The new administration's Blueprint for Change devotes four pages to most of the political issues it encompasses, but on immigration there are two. But it says enough to know where Obama intends to take the country. Obama opens the section on immigration with an excerpt from a speech he made in 2007 on the Senate floor where he calls for reuniting immigrant families, implying that he believes the United States needs to continue both "chain migration" — whereby immigrants to the United States are allowed to sponsor an almost endless linkage of family members to become citizens — and enact an amnesty.
"Brilliant," "brainy," "super-smart," and "Wall Street smarts" — these seemed to be some of the recurring words used to describe President-elect Barack Obama's two top economic picks — Timothy Geithner, chairman of the Federal Reserve Bank of New York, for sectretary of the Treasury; and former Secretary Treasury Lawrence Summers for National Economic Council director. The praise for Geithner and Summers did not just come from Democrats. According to USA Today, "'Brilliant,' 'outstanding' and 'exceptionally talented' were some of the words used to describe [Obama's] two top choices ... and that came from Republicans."
"We must act quickly and we must act boldly to transform our entire economy — from our cars and our fuels to our factories and our buildings," writes Barack Obama on his campaign website in the introduction to his energy section, as part of his Blueprint for Change. He also outlines some of his proposals for the environment and the energy situation, which include everything from increasing taxes on oil companies so that he can redistribute the money to new energy industries to implementing an economy-wide "cap-and-trade" system for carbon emissions.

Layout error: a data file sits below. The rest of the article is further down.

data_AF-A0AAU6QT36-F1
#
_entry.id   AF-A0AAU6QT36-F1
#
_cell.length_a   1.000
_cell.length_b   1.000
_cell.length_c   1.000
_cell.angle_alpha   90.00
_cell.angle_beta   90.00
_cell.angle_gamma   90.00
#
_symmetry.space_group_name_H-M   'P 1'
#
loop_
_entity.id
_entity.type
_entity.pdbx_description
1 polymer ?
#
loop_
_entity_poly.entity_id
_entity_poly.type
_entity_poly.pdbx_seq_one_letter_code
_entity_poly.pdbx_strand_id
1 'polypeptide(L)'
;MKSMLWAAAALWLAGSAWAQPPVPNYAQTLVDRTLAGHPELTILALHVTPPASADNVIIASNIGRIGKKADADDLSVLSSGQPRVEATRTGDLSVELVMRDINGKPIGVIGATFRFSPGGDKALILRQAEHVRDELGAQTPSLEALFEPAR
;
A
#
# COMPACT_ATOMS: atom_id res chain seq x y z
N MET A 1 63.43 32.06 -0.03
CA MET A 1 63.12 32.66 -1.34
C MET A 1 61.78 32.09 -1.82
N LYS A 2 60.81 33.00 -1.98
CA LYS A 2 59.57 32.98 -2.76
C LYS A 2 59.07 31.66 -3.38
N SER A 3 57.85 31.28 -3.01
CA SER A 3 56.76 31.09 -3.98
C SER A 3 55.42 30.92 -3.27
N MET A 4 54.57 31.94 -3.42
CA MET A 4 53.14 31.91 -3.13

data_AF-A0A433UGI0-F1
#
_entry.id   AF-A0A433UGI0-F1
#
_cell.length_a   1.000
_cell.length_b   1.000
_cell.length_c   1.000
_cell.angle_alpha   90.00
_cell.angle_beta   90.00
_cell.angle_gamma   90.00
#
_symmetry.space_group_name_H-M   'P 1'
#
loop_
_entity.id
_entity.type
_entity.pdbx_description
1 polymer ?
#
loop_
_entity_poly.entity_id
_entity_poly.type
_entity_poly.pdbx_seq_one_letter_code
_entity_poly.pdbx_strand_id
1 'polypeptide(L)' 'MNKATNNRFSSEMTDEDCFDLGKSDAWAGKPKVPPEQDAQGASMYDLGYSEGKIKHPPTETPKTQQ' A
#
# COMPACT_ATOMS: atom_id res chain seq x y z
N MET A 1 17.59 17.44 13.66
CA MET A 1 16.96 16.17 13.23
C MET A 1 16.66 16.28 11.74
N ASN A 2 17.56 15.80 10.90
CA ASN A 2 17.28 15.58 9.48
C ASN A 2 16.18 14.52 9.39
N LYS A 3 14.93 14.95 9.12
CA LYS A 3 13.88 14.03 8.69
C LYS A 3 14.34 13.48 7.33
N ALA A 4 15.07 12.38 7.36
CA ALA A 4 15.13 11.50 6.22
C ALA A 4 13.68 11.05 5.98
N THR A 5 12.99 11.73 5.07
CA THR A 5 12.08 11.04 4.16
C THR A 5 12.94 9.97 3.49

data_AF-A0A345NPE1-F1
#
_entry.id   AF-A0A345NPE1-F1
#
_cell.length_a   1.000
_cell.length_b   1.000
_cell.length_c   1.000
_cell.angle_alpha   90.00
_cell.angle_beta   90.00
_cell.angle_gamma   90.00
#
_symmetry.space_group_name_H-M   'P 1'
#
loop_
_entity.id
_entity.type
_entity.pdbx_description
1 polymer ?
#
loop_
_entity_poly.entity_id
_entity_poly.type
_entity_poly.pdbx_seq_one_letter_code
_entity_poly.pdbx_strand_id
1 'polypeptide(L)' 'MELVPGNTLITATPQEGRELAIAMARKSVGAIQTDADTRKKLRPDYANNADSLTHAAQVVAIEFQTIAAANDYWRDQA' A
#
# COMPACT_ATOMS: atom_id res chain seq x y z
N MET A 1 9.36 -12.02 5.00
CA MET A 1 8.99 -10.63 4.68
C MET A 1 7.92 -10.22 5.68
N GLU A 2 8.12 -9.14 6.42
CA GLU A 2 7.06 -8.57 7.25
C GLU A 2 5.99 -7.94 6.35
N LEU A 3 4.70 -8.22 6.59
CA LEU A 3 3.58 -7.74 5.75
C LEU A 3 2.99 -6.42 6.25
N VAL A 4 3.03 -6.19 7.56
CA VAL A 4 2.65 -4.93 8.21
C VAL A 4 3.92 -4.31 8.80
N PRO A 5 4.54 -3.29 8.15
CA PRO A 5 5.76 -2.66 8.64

A key platform of Obama's campaign is an effort to increase Americans' willingness to serve the government, along with more federal funding for service programs. "I won't just ask for your vote as a candidate," Obama told a group of Iowans in December of 2007. "I will ask for your service and your active citizenship when I am president of the United States." In his "Blueprint for Change," Obama and Biden outline some of the major components of their plan in this regard.
President-elect Barack Obama's "Blueprint for Change" calls for "affordable, accessible health care for all." After a quote from a speech he gave in Iowa City explaining that we have an "obligation" to "turn the page on the failed politics of yesterday's health care debates," he outlines his plans "at a glance."
In the wake of a presidential race that culminated in the election of a pro-abortion administration, U.S. Catholic bishops moved quickly on November 11 to send notice to Barack Obama that they would oppose legislation to roll back abortion restrictions.
According to Obama, "Change has come to America." But has it really? And if so, what kind of change is it? In his 83-page "Blueprint for Change," the new president-elect proposes a myriad of ideas. Most of his plan involves more spending and, according to some experts, stepping further outside the bounds of the Constitution than ever before. His plan covers everything from healthcare, the economy, ethics, seniors, education, energy, immigration, and rural issues to poverty, service and civil rights.
As part of an ongoing post-election series entitled "The 44th President," the New York Times conducted an "If You Were President ..." reader poll on November 11 asking readers to "Make your selections for President-elect Obama's cabinet by choosing the name of a potential member of the new administration from a pulldown, or entering your own pick."